They all went under torture, were brutally interrogated and stood showcase trial. During their arrest and investigations, Marcelle Ninio tried to commit suicide. Meir Bineth did commit suicide and took his own life during the trial. The commanders of the two cells, Dr. Moshe Marzouk of the Cairo’s squad, and Samuel Azar of Alexandria’s, were sentenced to death by hanging. They were hanged in Cairo, on January 31, 1955. Victor Levy and Philippe Nathanson were sentenced to life of hard penal labor. Marcelle Ninio and Robert Dassa were sentenced to 15 years imprisonment terms each. Mayer Meyohas and Mayer Zafran, were sentenced to seven years in prison of hard penal labor.
After the 1956 Suez Crisis and Operation Sinai war , Israel held some 5,000 Egyptian prisoners of war, who were taken captive during the operation. However, Israeli government and IDF did not take any action in order to promote any exchange for the Jewish Cairo prisoners. Subsequently, the imprisoned heroes of “The Affair”, remained in Egyptian prison during many more, long years.
More than a decade later, during the 1967, Six-day War, Israel took some 6,000 Egyptian prisoners of war. Israeli Minister of Defence, Moshe Dayan, who was the IDF Chief of Staff at the time the Affair took place, did not act in order to exchange them for release the members of Jewish-Egyptian prisoners.
Mossad Chief, Meir Amit, then demanded the Israeli government would negotiate the release of the four prisoners who remained in Egypt. Otherwise, Amit said, he would resign. In response to Amit’s ultimatum, Israeli government did act, and subsequently the four remaining prisoners – Marcelle Ninio, Robert Dassa, Victor Levi and Philippe Nathanson – were released and arrived in Israel in February 1968.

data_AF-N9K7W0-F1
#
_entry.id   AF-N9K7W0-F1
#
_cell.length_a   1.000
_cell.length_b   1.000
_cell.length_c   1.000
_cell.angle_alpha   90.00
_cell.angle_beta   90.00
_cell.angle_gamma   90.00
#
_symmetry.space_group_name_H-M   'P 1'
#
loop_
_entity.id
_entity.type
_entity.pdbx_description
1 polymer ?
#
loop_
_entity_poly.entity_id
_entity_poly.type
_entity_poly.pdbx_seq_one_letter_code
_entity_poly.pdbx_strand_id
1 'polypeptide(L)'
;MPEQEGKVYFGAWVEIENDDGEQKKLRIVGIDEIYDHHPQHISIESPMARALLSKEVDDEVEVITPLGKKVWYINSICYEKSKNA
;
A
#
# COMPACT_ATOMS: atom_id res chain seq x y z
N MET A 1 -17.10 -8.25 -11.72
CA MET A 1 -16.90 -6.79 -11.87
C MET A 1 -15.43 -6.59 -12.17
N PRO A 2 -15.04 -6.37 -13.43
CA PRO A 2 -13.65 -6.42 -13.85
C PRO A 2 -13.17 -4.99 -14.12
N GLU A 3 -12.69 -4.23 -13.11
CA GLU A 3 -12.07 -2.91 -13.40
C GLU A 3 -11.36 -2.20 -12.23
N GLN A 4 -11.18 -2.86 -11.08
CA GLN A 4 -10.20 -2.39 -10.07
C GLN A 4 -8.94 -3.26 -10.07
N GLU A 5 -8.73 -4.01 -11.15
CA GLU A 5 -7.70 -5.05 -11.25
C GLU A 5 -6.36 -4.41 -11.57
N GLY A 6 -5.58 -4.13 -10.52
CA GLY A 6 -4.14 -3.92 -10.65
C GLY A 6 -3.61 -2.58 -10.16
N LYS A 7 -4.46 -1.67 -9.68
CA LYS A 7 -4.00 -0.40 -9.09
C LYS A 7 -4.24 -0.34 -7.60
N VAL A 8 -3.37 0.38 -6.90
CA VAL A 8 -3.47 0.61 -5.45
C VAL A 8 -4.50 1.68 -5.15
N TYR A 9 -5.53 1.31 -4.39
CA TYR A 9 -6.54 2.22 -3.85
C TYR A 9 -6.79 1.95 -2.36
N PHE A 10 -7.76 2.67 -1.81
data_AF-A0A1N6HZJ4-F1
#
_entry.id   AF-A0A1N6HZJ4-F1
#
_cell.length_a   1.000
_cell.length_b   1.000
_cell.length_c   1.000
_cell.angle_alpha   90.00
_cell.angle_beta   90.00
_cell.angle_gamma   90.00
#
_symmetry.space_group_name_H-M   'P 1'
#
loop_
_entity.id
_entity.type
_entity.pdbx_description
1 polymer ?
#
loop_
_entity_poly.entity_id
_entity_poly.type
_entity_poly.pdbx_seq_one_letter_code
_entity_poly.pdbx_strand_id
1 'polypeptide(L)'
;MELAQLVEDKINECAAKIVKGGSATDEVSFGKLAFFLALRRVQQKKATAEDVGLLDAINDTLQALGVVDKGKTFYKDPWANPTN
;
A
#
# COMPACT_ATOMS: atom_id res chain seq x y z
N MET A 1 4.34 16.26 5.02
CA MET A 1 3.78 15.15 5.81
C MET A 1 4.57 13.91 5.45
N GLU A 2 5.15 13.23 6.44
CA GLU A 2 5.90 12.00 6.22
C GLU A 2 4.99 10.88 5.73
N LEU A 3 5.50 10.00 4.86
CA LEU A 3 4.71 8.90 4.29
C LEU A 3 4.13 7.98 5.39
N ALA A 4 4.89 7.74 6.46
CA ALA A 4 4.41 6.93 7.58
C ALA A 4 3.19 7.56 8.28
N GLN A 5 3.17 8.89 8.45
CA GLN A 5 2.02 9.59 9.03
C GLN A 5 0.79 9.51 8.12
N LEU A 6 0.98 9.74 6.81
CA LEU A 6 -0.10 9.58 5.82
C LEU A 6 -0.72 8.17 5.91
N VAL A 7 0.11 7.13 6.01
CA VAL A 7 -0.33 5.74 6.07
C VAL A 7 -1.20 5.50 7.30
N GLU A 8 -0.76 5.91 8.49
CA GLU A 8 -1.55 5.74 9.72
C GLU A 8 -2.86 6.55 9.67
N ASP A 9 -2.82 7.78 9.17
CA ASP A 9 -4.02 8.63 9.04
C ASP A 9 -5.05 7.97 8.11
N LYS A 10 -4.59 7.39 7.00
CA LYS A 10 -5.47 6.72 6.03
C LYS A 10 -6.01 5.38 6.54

The coffins of Lt. Samuel Azar and Lt. Dr. Moshe Marzouk arrived in Israel only in spring 1977, following a personal appeal, made by Dr. Yousef Marzouk, Moshe’s brother, to President of Egypt, Anwar Sadat.
In handling the scandalous affair, senior IDF officers failed to assume any personal responsibility for their own decisions and actions. They lied systematically to the investigation committee, forged documents, and abandoned the young Jewish idealists, who were willing to risk their lives in Egypt for the state of Israel.
Later, the senior officers did not act within their authority, in order to bring the remains of Samuel Azar and Moshe Marzouk to burial in Israel.
The reckless operation of the Alexandria cell (as mentioned, the Cairo cell was inactive since December 1953) and its’ far reaching, grave, military and political consequences, shook Israel up. It became the most shaking single event, during Israel’s first twenty-five years. It dominated Israeli politics for over a decade until 1973, when Yom Kippur War broke.
The question which overshadowed the whole scandal was “Who authorized this operation?” – “Who gave the order”? and referred to the poor judgment in activating and handling the network cells in Egypt.
The scandalous affair triggered the fall of Israeli governments and eventually lead to the resignation of Prime Minister Ben-Gurion in 1963, which marked his final retirement from Prime-Ministry.
During the political and public turmoil which followed the scandal, the heroes of ‘The Affair’ were forgotten: the martyrs who were executed, the prisoners, the young Jewish idealists of the Egyptian diaspora, members and activists of Zionist youth movements, who were acting in good faith, driven only by devotion and loyalty.
They made sacrifices and a should be cherished and remembered as the role models and heroes they were indeed. They should become icons before the eyes of future generations.